| 1972 – present|
| Gravelly Hill|
The A38(M), also known as the Aston Expressway, is a motorway in Birmingham, England. It is 2 miles (3.2 km) long and was opened on 24 May 1972. It forms part of the much longer A38 route.
It is extremely unusual among UK motorways, as part of it consists of seven lanes with no central reservation, and operates a tidal flow system in an attempt to minimise congestion. Due to the nature of the road, the speed limit is reduced to 50 mph (80 km/h) for most of its length with a very short length of 30 mph (48 km/h), though there are no permanent speed cameras.
When construction work of the motorway began in the late 1960s, many late 19th-century and early 20th-century houses in the Aston area had to be demolished to make way for the new route.
A38(M) motorway Wikipedia
A38(M) runs from the A5127 through Gravelly Hill Interchange where the A38 joins and then shortly after traffic from the M6 motorway also joins. It then enters a tidal flow section. The road is on a viaduct as it passes through Aston; this section cuts through the grounds of Aston Hall. The road passes through its first junction after 1 mile (1.6 km). It enters a cutting before reaching the second junction, where the tidal flow ends as does the motorway. The motorway is curved in Aston to avoid an Ansells brewery. The motorway was also crossed by a vinegar pipeline, carrying the condiment from one part of the since-demolished HP Sauce factory to the other.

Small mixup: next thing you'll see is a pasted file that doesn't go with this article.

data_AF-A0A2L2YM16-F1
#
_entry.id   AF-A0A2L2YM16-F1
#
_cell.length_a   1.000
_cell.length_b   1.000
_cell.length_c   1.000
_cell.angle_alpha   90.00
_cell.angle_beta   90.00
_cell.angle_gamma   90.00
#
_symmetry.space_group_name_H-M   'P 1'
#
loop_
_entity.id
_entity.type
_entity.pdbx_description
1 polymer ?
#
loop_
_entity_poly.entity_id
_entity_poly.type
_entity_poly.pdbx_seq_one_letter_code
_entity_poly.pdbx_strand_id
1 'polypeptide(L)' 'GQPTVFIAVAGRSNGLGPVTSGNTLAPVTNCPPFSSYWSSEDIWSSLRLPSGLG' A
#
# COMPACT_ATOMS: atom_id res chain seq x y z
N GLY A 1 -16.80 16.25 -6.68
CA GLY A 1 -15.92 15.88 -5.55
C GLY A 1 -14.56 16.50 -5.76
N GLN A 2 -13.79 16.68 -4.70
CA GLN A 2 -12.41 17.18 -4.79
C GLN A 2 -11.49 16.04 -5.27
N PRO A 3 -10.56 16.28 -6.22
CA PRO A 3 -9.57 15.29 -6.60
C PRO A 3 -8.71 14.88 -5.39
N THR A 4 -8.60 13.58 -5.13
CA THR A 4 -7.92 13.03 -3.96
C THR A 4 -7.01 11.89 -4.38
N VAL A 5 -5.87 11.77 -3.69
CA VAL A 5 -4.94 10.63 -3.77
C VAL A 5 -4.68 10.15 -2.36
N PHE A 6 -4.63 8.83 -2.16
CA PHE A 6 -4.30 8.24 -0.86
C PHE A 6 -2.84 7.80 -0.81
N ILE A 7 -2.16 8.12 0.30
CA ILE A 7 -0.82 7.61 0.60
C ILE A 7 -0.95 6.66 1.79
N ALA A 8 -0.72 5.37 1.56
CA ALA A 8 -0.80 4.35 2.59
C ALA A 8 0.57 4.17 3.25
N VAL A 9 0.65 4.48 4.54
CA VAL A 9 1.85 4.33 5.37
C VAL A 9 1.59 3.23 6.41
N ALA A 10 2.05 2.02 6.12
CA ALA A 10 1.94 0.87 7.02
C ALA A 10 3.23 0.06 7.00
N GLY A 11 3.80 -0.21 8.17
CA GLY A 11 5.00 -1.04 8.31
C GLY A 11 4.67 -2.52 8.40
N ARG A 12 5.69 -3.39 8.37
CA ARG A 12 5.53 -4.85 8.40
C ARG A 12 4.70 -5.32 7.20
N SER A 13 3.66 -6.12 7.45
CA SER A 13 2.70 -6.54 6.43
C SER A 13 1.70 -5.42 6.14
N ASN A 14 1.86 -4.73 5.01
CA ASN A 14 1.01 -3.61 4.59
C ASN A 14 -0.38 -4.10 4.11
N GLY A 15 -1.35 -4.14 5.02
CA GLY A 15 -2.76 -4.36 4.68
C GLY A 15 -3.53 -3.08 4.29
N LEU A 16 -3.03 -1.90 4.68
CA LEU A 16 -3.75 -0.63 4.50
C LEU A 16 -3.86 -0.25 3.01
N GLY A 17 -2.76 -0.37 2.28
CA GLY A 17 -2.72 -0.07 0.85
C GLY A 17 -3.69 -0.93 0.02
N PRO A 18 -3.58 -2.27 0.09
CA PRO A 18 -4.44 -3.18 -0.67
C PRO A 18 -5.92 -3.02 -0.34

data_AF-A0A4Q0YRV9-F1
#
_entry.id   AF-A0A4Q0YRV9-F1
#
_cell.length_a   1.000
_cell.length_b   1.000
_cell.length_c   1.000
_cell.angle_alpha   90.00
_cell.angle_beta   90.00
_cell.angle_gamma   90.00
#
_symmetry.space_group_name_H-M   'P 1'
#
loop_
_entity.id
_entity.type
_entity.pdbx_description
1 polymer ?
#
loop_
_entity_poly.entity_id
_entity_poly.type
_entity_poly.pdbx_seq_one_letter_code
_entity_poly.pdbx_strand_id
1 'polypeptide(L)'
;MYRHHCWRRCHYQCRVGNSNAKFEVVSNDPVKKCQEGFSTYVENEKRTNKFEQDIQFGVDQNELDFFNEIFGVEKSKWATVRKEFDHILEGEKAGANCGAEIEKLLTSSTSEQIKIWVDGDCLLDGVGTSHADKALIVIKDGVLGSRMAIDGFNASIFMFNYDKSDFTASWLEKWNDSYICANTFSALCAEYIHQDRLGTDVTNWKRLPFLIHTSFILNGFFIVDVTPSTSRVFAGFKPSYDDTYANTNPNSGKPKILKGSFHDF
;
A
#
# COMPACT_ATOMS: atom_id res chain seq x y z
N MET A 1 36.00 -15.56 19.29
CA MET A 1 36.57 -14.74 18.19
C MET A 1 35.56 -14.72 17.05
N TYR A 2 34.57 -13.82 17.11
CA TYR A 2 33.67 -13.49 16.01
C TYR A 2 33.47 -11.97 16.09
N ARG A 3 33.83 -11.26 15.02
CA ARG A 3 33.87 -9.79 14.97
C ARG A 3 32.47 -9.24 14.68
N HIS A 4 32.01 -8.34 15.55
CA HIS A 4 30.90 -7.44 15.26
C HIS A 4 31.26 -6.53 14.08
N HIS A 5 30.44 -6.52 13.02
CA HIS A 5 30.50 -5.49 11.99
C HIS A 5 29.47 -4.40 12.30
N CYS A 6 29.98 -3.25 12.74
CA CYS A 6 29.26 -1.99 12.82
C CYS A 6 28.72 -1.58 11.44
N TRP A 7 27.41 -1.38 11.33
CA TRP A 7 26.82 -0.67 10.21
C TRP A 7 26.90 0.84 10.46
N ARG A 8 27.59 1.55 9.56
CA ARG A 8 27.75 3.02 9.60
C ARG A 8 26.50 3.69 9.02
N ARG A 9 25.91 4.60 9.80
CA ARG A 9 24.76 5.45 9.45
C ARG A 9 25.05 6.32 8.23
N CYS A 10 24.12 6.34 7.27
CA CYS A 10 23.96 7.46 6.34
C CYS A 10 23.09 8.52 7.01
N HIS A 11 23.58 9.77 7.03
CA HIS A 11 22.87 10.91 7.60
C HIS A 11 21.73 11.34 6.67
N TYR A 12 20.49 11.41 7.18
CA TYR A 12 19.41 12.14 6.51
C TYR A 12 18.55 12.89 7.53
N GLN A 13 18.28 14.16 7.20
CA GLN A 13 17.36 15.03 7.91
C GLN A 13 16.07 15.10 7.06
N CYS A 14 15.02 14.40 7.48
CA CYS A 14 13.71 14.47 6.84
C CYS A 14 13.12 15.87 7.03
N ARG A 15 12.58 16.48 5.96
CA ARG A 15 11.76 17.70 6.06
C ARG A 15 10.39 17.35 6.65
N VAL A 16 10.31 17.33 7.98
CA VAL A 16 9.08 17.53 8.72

The Expressway was the first road in the United Kingdom to introduce tidal flow to allow better management of traffic. Lane use is controlled by means of electronic overhead signs, with one lane always closed to create a buffer between the two directions of travel – there is no central reservation. In the morning, four of the seven lanes are designated for use by traffic heading toward Birmingham city centre, and two lanes for traffic out of the city. In the evening rush hour, this pattern is reversed and four lanes are made available to outbound traffic and two lanes towards the city centre. At all other times, the road runs with three lanes in each direction.
Motorcycles are banned from the red-surfaced central lane, which contains a drainage channel, regardless of how it is being used. This follows a fatal accident which occurred when one of the drainage covers dislodged.
The traffic island at Dartmouth Circus houses a preserved Boulton and Watt steam engine.